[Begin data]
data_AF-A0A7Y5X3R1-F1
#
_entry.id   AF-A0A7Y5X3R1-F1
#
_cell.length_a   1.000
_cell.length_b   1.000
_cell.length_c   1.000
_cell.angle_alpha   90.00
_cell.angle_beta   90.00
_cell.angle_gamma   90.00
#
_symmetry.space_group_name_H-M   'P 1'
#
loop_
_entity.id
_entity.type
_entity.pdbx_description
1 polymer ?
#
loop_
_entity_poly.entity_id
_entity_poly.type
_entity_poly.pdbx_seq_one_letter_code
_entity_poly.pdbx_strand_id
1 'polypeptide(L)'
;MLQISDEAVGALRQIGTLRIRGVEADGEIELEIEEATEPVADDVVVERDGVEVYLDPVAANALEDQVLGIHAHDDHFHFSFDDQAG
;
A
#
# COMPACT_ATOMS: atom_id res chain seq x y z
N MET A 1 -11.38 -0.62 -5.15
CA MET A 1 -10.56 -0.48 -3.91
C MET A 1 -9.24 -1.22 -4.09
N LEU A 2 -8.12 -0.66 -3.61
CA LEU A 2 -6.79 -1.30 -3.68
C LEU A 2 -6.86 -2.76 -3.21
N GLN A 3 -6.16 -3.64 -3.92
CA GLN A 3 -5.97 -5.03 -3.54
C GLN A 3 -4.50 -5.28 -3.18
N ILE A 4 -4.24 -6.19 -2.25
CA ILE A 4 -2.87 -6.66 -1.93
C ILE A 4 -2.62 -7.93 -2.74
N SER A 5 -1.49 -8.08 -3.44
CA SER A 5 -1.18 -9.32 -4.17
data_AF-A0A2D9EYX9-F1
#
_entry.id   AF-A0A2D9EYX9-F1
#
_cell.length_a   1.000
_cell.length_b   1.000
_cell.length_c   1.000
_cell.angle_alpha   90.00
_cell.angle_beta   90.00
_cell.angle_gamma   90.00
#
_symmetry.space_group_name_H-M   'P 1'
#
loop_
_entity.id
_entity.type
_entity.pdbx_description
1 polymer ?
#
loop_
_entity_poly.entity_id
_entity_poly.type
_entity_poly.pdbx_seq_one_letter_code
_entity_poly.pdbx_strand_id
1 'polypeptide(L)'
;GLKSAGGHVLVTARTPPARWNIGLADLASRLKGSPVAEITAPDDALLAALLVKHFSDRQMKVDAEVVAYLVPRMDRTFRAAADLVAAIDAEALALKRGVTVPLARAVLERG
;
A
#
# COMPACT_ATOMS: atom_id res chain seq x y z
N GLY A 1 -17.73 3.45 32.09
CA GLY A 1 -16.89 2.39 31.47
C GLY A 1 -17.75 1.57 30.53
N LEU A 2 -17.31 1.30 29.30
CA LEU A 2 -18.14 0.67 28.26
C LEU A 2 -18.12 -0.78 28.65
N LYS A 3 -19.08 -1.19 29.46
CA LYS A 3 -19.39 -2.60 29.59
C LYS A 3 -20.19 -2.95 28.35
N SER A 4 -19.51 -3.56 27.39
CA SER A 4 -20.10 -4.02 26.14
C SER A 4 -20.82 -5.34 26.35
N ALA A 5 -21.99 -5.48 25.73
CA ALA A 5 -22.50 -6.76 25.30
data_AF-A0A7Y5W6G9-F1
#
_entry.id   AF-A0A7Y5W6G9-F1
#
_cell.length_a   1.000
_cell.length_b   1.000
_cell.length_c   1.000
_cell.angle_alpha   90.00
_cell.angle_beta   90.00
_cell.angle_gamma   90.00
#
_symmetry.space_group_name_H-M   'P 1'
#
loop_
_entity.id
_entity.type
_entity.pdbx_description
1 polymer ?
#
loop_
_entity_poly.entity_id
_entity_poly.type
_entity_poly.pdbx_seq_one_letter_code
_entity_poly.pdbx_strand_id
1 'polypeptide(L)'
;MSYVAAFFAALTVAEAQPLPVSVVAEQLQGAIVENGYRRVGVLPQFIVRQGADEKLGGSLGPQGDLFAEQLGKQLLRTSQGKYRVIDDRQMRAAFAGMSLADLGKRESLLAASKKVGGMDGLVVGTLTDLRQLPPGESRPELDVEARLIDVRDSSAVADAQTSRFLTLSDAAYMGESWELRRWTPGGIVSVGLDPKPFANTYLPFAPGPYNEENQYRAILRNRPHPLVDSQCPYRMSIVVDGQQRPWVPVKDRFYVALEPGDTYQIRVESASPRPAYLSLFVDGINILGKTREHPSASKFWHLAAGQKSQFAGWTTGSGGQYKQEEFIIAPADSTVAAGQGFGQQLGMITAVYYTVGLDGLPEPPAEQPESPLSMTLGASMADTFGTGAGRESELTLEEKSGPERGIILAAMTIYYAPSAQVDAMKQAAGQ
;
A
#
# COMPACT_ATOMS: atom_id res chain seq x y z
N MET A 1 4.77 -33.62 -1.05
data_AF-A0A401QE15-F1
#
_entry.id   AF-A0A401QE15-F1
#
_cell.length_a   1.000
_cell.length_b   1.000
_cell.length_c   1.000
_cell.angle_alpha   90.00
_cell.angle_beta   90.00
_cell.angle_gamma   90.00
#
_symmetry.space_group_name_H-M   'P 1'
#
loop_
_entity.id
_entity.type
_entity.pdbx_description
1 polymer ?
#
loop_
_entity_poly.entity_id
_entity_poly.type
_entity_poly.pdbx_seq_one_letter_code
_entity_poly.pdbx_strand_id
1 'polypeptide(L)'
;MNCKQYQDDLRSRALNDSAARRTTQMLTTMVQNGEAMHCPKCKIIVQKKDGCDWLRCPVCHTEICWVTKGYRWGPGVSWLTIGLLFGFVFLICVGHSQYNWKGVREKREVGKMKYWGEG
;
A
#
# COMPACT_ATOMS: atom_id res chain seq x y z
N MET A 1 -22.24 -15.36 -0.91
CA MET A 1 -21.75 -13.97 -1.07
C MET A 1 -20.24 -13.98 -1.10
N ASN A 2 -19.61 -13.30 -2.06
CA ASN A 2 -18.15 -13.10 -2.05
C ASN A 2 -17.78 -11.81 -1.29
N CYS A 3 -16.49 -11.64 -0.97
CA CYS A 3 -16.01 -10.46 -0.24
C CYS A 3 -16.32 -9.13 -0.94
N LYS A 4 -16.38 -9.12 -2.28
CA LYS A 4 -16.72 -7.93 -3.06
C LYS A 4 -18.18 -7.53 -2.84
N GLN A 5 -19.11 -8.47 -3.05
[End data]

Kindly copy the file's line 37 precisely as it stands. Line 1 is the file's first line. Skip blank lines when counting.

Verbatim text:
N GLN A 3 -6.16 -3.64 -3.92